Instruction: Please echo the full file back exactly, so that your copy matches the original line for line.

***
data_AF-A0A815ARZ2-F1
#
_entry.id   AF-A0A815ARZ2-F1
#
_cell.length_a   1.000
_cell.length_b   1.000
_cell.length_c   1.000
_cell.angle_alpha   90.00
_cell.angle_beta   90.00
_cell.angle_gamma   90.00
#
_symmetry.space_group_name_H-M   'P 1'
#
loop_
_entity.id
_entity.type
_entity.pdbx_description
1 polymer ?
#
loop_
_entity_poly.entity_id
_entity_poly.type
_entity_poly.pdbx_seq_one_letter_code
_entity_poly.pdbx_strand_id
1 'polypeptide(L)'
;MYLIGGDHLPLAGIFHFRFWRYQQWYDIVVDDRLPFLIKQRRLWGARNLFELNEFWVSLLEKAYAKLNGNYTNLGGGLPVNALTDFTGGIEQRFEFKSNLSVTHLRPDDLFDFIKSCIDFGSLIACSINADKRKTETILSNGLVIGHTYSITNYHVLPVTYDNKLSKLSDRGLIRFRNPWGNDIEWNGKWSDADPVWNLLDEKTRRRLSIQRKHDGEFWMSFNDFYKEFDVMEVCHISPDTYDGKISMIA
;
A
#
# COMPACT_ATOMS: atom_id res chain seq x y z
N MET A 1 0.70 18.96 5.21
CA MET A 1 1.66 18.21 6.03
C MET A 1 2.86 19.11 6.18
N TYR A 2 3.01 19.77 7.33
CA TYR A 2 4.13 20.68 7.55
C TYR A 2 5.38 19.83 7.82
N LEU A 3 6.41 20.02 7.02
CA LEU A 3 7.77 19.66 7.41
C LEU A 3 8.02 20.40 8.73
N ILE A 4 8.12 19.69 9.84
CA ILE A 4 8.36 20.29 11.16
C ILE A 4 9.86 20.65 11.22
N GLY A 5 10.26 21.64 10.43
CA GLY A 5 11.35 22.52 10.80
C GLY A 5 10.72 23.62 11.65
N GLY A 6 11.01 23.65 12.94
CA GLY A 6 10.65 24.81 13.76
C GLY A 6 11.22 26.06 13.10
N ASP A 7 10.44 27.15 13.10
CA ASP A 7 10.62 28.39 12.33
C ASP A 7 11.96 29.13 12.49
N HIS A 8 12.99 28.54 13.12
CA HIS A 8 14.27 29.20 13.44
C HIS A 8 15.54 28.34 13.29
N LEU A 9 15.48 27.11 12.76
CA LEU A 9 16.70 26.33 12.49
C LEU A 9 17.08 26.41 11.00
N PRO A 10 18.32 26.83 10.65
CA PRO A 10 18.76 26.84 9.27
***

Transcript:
data_AF-A0A815ARZ2-F1
#
_entry.id   AF-A0A815ARZ2-F1
#
_cell.length_a   1.000
_cell.length_b   1.000
_cell.length_c   1.000
_cell.angle_alpha   90.00
_cell.angle_beta   90.00
_cell.angle_gamma   90.00
#
_symmetry.space_group_name_H-M   'P 1'
#
loop_
_entity.id
_entity.type
_entity.pdbx_description
1 polymer ?
#
loop_
_entity_poly.entity_id
_entity_poly.type
_entity_poly.pdbx_seq_one_letter_code
_entity_poly.pdbx_strand_id
1 'polypeptide(L)'
;MYLIGGDHLPLAGIFHFRFWRYQQWYDIVVDDRLPFLIKQRRLWGARNLFELNEFWVSLLEKAYAKLNGNYTNLGGGLPVNALTDFTGGIEQRFEFKSNLSVTHLRPDDLFDFIKSCIDFGSLIACSINADKRKTETILSNGLVIGHTYSITNYHVLPVTYDNKLSKLSDRGLIRFRNPWGNDIEWNGKWSDADPVWNLLDEKTRRRLSIQRKHDGEFWMSFNDFYKEFDVMEVCHISPDTYDGKISMIA
;
A
#
# COMPACT_ATOMS: atom_id res chain seq x y z
N MET A 1 0.70 18.96 5.21
CA MET A 1 1.66 18.21 6.03
C MET A 1 2.86 19.11 6.18
N TYR A 2 3.01 19.77 7.33
CA TYR A 2 4.13 20.68 7.55
C TYR A 2 5.38 19.83 7.82
N LEU A 3 6.41 20.02 7.02
CA LEU A 3 7.77 19.66 7.41
C LEU A 3 8.02 20.40 8.73
N ILE A 4 8.12 19.69 9.84
CA ILE A 4 8.36 20.29 11.16
C ILE A 4 9.86 20.65 11.22
N GLY A 5 10.26 21.64 10.43
CA GLY A 5 11.35 22.52 10.80
C GLY A 5 10.72 23.62 11.65
N GLY A 6 11.01 23.65 12.94
CA GLY A 6 10.65 24.81 13.76
C GLY A 6 11.22 26.06 13.10
N ASP A 7 10.44 27.15 13.10
CA ASP A 7 10.62 28.39 12.33
C ASP A 7 11.96 29.13 12.49
N HIS A 8 12.99 28.54 13.12
CA HIS A 8 14.27 29.20 13.44
C HIS A 8 15.54 28.34 13.29
N LEU A 9 15.48 27.11 12.76
CA LEU A 9 16.70 26.33 12.49
C LEU A 9 17.08 26.41 11.00
N PRO A 10 18.32 26.83 10.65
CA PRO A 10 18.76 26.84 9.27